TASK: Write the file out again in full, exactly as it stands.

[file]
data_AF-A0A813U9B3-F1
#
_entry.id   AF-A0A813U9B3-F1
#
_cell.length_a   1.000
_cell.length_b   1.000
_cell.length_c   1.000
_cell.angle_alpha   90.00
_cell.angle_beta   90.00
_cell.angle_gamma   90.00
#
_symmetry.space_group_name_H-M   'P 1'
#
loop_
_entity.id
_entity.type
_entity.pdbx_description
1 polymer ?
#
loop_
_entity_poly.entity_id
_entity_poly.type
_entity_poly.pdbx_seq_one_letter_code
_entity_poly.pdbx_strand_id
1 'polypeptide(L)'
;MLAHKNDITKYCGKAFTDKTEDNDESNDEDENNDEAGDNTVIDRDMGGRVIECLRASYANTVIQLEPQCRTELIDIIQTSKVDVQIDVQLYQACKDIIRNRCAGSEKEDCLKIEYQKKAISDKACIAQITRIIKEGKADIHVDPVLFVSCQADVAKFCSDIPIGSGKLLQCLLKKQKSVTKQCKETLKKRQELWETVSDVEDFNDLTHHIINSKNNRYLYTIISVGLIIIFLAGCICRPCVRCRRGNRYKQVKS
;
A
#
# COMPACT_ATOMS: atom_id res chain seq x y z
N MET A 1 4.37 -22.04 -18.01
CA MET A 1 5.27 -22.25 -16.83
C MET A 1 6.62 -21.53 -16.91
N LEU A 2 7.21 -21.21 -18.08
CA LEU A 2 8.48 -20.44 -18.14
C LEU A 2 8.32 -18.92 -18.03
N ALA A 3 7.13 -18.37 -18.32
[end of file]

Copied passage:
data_AF-A0A813U9B3-F1
#
_entry.id   AF-A0A813U9B3-F1
#
_cell.length_a   1.000
_cell.length_b   1.000
_cell.length_c   1.000
_cell.angle_alpha   90.00
_cell.angle_beta   90.00
_cell.angle_gamma   90.00
#
_symmetry.space_group_name_H-M   'P 1'
#
loop_
_entity.id
_entity.type
_entity.pdbx_description
1 polymer ?
#
loop_
_entity_poly.entity_id
_entity_poly.type
_entity_poly.pdbx_seq_one_letter_code
_entity_poly.pdbx_strand_id
1 'polypeptide(L)'
;MLAHKNDITKYCGKAFTDKTEDNDESNDEDENNDEAGDNTVIDRDMGGRVIECLRASYANTVIQLEPQCRTELIDIIQTSKVDVQIDVQLYQACKDIIRNRCAGSEKEDCLKIEYQKKAISDKACIAQITRIIKEGKADIHVDPVLFVSCQADVAKFCSDIPIGSGKLLQCLLKKQKSVTKQCKETLKKRQELWETVSDVEDFNDLTHHIINSKNNRYLYTIISVGLIIIFLAGCICRPCVRCRRGNRYKQVKS
;
A
#
# COMPACT_ATOMS: atom_id res chain seq x y z
N MET A 1 4.37 -22.04 -18.01
CA MET A 1 5.27 -22.25 -16.83
C MET A 1 6.62 -21.53 -16.91
N LEU A 2 7.21 -21.21 -18.08
CA LEU A 2 8.48 -20.44 -18.14
C LEU A 2 8.32 -18.92 -18.03
N ALA A 3 7.13 -18.37 -18.32